View Full Version : My New-to-me 1950/60s Kamaka Soprano: Is it real or a fake?

09-11-2018, 02:30 PM
Hi Everybody,
I have a new uke to add to my growing collection due to UAS. I just bought a Kamaka soprano ukelele from the late 50s or 60s. At least I hope that it what I bought. I'm pretty darn confident that is what I bought, but wanted to open up a thread to ask the opinion of the assembled.
It has the right shape, decal and label. I will include pictures (or at least I'll try) because that is probably the best way to get your opinions.
I bought it through OfferUp (I know, that is one tally for thinking it is a fake) from a guy who is married to someone I tangentially work with (which I'm hoping balances out the previous tally). I believe he believes it is a Kamaka. It came with a really old case and a 1950s era Ka-Lea's ukulele instruction book tucked in the case ( another tally for authenticity in my opinion).
I admit I am not even close to an expert on Kamakas specifically or even ukuleles in general, so I'm hoping the overall opinion is that I am the proud new owner of a vintage Kamaka soprano.
Let the opining commence!

09-11-2018, 02:34 PM

09-11-2018, 02:41 PM
Here are some pictures of my new uke.

09-11-2018, 02:43 PM
This is the instruction booklet that was folded in half and tucked under the uke. It also had a very old looking plastic pick included in the case.

09-11-2018, 02:47 PM
Sorry if this not the normal way to add pictures or to post, I have been a member a while but don't often post.

Thanks for any opinions you can provide.

Bill Sheehan
09-11-2018, 03:00 PM
Sorry, PSI, it's clearly a fake, but don't worry, I'll be glad to take it off your hands for $25.00... JUST KIDDING !!!
Seriously, I'd say all indications point to this being the genuine article! Very nice!

09-11-2018, 03:25 PM
looks absolutely correct, so much so that the back matches almost exactly a gold label I recently repaired, maybe a slice above or below. I found it to be a wonderful uke, it sounded so... Hawaiian.. and too loud ;)

09-11-2018, 03:45 PM
Yup, that's a Kamaka gold label soprano. The fretboard is flush to the body, no overhang. Most have a slightly raised fretboard, with some type of small fretboard extension on the body. Some of these overhangs are diagonally shaped, some pointed. Mine was pointed, see below. Enjoy that one, it's beautiful, and solid koa!


Patrick Madsen
09-11-2018, 06:02 PM
Is it a Gold or a White label Kamaka? The Gold I had looked almost like gold foil label. My White looks much like this one. Congrats; sure looks like a Kamaka too me.

09-11-2018, 06:08 PM
Thanks for all of your replies and input. I was pretty sure it was a real one when I bought it but it is very comforting that others think so as well. He wanted $300 and we agreed on $260. From looking at other sales on eBay and Reverb, I think I got a good deal (so long as it was a real Kamaka!).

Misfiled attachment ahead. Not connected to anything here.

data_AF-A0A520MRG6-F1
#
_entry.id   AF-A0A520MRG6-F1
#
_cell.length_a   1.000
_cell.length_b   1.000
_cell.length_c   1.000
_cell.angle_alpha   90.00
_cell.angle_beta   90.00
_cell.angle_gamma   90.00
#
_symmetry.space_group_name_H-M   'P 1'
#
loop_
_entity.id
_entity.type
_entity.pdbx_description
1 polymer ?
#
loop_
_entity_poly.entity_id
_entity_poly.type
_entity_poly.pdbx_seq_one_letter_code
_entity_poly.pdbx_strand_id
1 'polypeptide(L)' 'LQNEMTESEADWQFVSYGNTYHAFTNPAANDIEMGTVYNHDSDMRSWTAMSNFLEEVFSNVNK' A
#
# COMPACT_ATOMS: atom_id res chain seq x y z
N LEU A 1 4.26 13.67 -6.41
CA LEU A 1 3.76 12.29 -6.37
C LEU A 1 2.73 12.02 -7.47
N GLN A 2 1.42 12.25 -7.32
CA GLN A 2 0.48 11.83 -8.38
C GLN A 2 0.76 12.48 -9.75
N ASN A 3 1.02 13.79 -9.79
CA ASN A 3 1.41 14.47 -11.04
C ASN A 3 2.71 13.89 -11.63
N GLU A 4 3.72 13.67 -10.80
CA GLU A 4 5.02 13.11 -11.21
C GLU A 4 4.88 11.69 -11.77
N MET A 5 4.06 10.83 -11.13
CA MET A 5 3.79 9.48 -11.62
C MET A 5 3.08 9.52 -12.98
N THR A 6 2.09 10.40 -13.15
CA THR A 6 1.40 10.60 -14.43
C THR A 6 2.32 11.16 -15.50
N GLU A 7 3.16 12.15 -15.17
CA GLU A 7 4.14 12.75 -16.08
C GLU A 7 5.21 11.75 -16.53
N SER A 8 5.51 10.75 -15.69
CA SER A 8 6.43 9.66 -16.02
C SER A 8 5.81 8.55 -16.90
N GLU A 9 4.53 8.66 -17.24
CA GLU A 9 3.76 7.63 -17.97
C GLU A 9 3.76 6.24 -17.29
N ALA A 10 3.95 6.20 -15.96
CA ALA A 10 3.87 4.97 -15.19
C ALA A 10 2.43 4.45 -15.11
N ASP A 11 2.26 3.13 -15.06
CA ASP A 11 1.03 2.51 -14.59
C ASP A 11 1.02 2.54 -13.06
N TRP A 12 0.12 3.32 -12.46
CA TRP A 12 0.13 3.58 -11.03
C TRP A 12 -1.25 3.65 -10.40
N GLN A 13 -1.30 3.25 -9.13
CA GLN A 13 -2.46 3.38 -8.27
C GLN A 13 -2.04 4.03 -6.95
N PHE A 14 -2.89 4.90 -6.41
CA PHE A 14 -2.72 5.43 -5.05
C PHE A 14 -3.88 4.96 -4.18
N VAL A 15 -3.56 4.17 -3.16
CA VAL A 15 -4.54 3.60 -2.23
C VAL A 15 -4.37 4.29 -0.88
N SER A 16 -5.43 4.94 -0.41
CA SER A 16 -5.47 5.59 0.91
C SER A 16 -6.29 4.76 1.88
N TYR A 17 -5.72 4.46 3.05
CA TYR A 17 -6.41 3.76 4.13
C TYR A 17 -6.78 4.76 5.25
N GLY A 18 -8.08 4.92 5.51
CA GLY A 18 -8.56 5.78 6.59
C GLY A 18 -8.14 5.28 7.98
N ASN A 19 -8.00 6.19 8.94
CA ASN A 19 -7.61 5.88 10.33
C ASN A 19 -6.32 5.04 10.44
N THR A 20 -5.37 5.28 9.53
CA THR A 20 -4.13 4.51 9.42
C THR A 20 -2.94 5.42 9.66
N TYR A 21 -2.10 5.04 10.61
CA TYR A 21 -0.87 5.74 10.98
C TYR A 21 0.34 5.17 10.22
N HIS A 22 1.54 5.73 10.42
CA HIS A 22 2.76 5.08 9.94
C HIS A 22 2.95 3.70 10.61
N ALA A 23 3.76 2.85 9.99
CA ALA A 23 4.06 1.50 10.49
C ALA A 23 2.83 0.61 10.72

09-11-2018, 06:12 PM
It is a gold label, and it does have a certain "gold foil" reflection to the paper.
I read somewhere that during the gold and white label years, the inside was stamped somewhere, but the article didn't say where or what was supposed to be stamped. I also read that the date of manufacture was supposed to be hand written on the gold labels but I've never seen one with such a date. Has anyone come across the same claims/rumors/information?

Grizzly Adams
09-12-2018, 04:34 AM
Seriously, you think someone would go to the trouble to fake a Kamaka, right down to the label, for $260? ;)

09-12-2018, 04:53 AM
Why would you think it was fake anyway? :confused:

09-12-2018, 05:38 AM
The most important question is.....how does it play & sound?

09-12-2018, 05:53 AM
Seriously, you think someone would go to the trouble to fake a Kamaka, right down to the label, for $260? ;)

That would work if he could generate the volume. It's like someone counterfeiting pennies. One million counterfeits would earn the crook $10,000. Of course, there's all the expense involved, too. : )

09-13-2018, 07:45 PM
I didnt think he had faked/counterfeited it. I was concerned that it might be a fake from long ago because I have never held or played a Kamaka and might not be able to tell the difference (the seller said he bought it at an estate sale and didn't know much about ukuleles). I have read the reason why Mr. Kamaka started making the Kamaka Keiki models was because of the large number of counterfeits being produced in Japan at the time. While $260-300 might not be a windfall justifying a modern counterfitting effort, it would still be a lot to pay for a fake. Without any experience with Kamakas, and even though I had done my research, it was comforting to seek and hear the opinions of the folks on UU. Thanks for all your comments and opinions.